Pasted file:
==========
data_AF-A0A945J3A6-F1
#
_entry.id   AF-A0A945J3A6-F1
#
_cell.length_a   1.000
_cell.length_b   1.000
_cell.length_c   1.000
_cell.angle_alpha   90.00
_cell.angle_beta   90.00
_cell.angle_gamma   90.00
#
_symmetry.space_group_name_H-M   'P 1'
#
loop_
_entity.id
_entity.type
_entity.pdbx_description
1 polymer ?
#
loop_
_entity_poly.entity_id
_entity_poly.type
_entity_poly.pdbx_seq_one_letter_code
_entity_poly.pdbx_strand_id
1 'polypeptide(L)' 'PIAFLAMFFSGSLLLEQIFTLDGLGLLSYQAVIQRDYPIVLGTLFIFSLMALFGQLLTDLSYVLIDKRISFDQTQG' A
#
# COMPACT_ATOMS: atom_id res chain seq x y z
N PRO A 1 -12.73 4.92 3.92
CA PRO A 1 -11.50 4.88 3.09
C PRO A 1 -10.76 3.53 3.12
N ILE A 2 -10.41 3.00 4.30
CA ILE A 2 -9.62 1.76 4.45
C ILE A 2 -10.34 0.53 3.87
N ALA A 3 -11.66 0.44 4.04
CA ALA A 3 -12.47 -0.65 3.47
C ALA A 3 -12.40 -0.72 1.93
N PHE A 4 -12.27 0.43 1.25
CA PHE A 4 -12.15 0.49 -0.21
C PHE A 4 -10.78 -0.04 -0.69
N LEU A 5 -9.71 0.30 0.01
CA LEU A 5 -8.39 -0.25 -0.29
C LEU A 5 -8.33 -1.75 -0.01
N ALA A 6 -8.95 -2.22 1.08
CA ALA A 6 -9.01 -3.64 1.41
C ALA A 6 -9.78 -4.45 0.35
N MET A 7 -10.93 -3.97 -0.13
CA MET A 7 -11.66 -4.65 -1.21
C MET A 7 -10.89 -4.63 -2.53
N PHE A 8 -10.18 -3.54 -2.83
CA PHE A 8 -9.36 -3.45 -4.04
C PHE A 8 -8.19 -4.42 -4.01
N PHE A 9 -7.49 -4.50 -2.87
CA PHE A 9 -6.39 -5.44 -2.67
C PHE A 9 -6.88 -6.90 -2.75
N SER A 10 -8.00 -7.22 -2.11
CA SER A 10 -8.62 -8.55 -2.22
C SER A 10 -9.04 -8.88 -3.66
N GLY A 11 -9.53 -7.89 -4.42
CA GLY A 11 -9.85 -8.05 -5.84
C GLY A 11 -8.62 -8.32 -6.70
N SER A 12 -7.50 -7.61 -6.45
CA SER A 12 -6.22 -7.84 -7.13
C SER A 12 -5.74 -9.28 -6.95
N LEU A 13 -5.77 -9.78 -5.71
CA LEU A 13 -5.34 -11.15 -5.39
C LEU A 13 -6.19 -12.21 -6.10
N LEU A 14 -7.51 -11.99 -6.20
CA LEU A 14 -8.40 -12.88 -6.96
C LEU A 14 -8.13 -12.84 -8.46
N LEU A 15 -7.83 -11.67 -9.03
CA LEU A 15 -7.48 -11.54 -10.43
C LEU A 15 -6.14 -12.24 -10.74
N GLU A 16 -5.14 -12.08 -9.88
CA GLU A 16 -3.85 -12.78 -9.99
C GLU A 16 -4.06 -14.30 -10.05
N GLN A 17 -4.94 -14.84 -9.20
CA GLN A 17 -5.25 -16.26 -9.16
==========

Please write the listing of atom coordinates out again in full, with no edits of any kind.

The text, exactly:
data_AF-A0A945J3A6-F1
#
_entry.id   AF-A0A945J3A6-F1
#
_cell.length_a   1.000
_cell.length_b   1.000
_cell.length_c   1.000
_cell.angle_alpha   90.00
_cell.angle_beta   90.00
_cell.angle_gamma   90.00
#
_symmetry.space_group_name_H-M   'P 1'
#
loop_
_entity.id
_entity.type
_entity.pdbx_description
1 polymer ?
#
loop_
_entity_poly.entity_id
_entity_poly.type
_entity_poly.pdbx_seq_one_letter_code
_entity_poly.pdbx_strand_id
1 'polypeptide(L)' 'PIAFLAMFFSGSLLLEQIFTLDGLGLLSYQAVIQRDYPIVLGTLFIFSLMALFGQLLTDLSYVLIDKRISFDQTQG' A
#
# COMPACT_ATOMS: atom_id res chain seq x y z
N PRO A 1 -12.73 4.92 3.92
CA PRO A 1 -11.50 4.88 3.09
C PRO A 1 -10.76 3.53 3.12
N ILE A 2 -10.41 3.00 4.30
CA ILE A 2 -9.62 1.76 4.45
C ILE A 2 -10.34 0.53 3.87
N ALA A 3 -11.66 0.44 4.04
CA ALA A 3 -12.47 -0.65 3.47
C ALA A 3 -12.40 -0.72 1.93
N PHE A 4 -12.27 0.43 1.25
CA PHE A 4 -12.15 0.49 -0.21
C PHE A 4 -10.78 -0.04 -0.69
N LEU A 5 -9.71 0.30 0.01
CA LEU A 5 -8.39 -0.25 -0.29
C LEU A 5 -8.33 -1.75 -0.01
N ALA A 6 -8.95 -2.22 1.08
CA ALA A 6 -9.01 -3.64 1.41
C ALA A 6 -9.78 -4.45 0.35
N MET A 7 -10.93 -3.97 -0.13
CA MET A 7 -11.66 -4.65 -1.21
C MET A 7 -10.89 -4.63 -2.53
N PHE A 8 -10.18 -3.54 -2.83
CA PHE A 8 -9.36 -3.45 -4.04
C PHE A 8 -8.19 -4.42 -4.01
N PHE A 9 -7.49 -4.50 -2.87
CA PHE A 9 -6.39 -5.44 -2.67
C PHE A 9 -6.88 -6.90 -2.75
N SER A 10 -8.00 -7.22 -2.11
CA SER A 10 -8.62 -8.55 -2.22
C SER A 10 -9.04 -8.88 -3.66
N GLY A 11 -9.53 -7.89 -4.42
CA GLY A 11 -9.85 -8.05 -5.84
C GLY A 11 -8.62 -8.32 -6.70
N SER A 12 -7.50 -7.61 -6.45
CA SER A 12 -6.22 -7.84 -7.13
C SER A 12 -5.74 -9.28 -6.95
N LEU A 13 -5.77 -9.78 -5.71
CA LEU A 13 -5.34 -11.15 -5.39
C LEU A 13 -6.19 -12.21 -6.10
N LEU A 14 -7.51 -11.99 -6.20
CA LEU A 14 -8.40 -12.88 -6.96
C LEU A 14 -8.13 -12.84 -8.46
N LEU A 15 -7.83 -11.67 -9.03
CA LEU A 15 -7.48 -11.54 -10.43
C LEU A 15 -6.14 -12.24 -10.74
N GLU A 16 -5.14 -12.08 -9.88
CA GLU A 16 -3.85 -12.78 -9.99
C GLU A 16 -4.06 -14.30 -10.05
N GLN A 17 -4.94 -14.84 -9.20
CA GLN A 17 -5.25 -16.26 -9.16